Using a website or application that has been optimally designed based on user experience (UX) is like a breath of fresh air for users typically encumbered by poorly designed platforms during their online hunts for information. Yet, until they experience the ease of use brought about by UX design, Web surfers may be oblivious to what they’re missing.
This may as well be the case with the decision makers at your company. This is why you, whether you’re the chief technology officer or the head of marketing or sales, must prove the value of investing in UX design to your employer as a prerequisite to building or redesigning a website or application. Business decision makers—saddled with the task of increasing profits on tight budgets in a competitive global economy—need to be convinced that investing in UX design will provide a worthwhile return.
Here are some of the steps you can take to ensure that the decision makers in your organization understand the value of UX to your company’s bottom line:
Get the facts from designers, developers, and IT specialists
The value of good UX design can’t be ascribed solely to end users; your proposal to invest in UX design must also take into account the design, development, and IT teams. Make sure your boss understands their perspectives. For example, designers and developers may resent being called upon frequently to construct new iterations of a site with a lacking UX design to address user concerns with navigation and/or the purchasing process. Your IT staff, too, likely worry about how poor design will take them from other critical tasks to handle site or app glitches.
Instead, make sure that the higher ups understand that a clearly crafted and easily navigable page or application will result in fewer user errors that take up staff time, and can potentially decrease conversions. Provide examples from other non-UX Web or app design projects that decreased worker productivity.
Start with a low-risk test case
Helping your boss to see the value of UX design or redesign can be difficult if he or she can’t see the big picture. That’s why it may help your case to start with a smaller-scale, low-risk project, such as adding a single UX feature to your website. Or, invite one small division of your company to study the impact of a back-end application. Rather than building or redesigning a site or app from the ground up, demonstrate potential benefits on a smaller scale first.
Perform metric analysis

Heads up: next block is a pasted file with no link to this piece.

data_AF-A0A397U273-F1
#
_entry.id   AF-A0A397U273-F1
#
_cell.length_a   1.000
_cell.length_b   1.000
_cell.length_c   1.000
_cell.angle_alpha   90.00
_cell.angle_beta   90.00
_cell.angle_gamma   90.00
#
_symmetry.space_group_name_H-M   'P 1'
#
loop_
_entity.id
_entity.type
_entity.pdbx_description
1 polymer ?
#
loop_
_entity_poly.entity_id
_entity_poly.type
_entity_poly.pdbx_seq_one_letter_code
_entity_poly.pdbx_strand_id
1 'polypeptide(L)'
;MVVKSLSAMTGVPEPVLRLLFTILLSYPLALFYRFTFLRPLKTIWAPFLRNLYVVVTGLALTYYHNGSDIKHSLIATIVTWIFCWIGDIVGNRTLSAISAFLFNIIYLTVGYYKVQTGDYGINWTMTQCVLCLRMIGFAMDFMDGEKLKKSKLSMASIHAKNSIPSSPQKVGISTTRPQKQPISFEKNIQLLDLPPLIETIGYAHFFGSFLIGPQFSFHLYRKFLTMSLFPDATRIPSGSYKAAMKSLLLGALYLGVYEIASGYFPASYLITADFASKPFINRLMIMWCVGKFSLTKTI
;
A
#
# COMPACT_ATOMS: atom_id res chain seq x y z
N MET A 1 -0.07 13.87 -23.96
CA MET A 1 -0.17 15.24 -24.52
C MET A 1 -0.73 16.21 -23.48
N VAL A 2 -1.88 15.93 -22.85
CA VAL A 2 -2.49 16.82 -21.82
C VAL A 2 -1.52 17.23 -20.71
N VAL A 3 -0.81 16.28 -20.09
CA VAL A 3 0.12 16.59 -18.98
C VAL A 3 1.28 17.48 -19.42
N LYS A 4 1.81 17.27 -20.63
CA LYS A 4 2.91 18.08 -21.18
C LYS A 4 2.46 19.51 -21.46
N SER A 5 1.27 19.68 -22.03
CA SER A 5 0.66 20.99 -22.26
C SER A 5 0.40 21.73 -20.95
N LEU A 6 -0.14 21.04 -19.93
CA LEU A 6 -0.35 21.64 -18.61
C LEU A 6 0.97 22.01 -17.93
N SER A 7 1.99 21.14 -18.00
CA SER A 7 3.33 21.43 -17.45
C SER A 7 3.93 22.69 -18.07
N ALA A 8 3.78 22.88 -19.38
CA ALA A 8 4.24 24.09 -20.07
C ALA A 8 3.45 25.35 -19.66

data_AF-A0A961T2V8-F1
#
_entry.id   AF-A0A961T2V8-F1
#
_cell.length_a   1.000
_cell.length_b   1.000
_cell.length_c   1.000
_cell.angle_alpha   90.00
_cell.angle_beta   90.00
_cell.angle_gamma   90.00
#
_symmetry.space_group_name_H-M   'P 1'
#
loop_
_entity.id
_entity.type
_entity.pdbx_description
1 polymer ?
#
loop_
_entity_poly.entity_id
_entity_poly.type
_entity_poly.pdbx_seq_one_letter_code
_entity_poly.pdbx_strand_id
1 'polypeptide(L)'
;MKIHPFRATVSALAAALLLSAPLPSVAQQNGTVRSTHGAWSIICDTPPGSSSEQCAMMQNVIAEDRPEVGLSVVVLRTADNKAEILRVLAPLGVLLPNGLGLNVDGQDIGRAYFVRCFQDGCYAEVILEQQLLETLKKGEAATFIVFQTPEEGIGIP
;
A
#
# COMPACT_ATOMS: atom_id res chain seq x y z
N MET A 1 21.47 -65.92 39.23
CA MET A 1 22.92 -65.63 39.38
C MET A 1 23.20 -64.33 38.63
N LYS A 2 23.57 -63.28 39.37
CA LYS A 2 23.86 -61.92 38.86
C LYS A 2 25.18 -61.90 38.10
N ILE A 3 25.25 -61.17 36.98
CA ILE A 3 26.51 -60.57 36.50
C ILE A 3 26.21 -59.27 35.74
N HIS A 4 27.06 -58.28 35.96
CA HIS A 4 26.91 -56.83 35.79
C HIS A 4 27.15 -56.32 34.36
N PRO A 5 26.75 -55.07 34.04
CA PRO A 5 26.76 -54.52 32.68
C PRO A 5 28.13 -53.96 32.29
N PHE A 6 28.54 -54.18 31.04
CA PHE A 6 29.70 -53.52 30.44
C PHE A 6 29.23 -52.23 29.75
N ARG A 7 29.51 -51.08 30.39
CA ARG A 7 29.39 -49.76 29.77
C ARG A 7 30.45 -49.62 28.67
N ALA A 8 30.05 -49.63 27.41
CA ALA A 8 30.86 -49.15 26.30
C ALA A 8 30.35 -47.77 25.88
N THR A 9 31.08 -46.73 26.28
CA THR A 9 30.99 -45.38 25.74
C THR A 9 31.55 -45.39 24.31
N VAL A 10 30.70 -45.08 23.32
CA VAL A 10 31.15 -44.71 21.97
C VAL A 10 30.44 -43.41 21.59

If you already have a site or application in place, you have the benefit of leveraging existing metrics to make your case. For consumer-facing sites or applications, track bounce rates to see how quickly users leave your page, which will indicate at what point user interest is lost. If they’re making their way through the sales funnel but abandon purchases in their cart, you may have an overly complex purchasing process.
With back-end projects for internal use among employees, the value of metric analysis lies in tracking performance. Use your existing protocols to determine which tasks take employees the longest to complete, and where they are making the most operational errors. The value of investing in UX design lies in the objective of streamlining communications, improving the efficiency of workers, and minimizing mistakes—if you can do this, you’ll likely boost morale as well, leading to a more enthusiastic and engaged workforce.
For evidence on how drastically your organization’s fortunes can change by addressing the vulnerabilities exposed by metric analysis, consider a joint Design Management Institute and Microsoft funded study which found that, over a 10-year period, companies investing in UX design outperformed their counterparts on the S&P by 219 percent.
Even if your organization is building a website or application for the first time without the benefit of tracked metrics, this study and countless others like it should prove that many organizations—including your competitors—are already reaping the rewards of investment in UX design.
Put your employer in the tester’s seat
User testing is a critical component of UX design. Actual users testing a site or application provide researchers valuable insight into how they actually experience and interact with the design. If you want to make the case to your boss that you need to invest in UX, why not put him or her in the hot seat? If you already have a website or app, have your boss go through the process of trying to make a purchase or complete an administrative function. This may compel him or her to see through the eyes of other employees and prospective customers, and to acknowledge that improvements can be made.
Although singlehandedly proving the value of investing in solid UX design may seem like a large hurdle, the benefits are clear to anyone willing to listen. The fact of the matter is, any company that allocates resources to improving UX will always outperform an equivalent company that does not. The value of UX design cannot be overstated, and the failure to recognize it can be even more costly in the long run.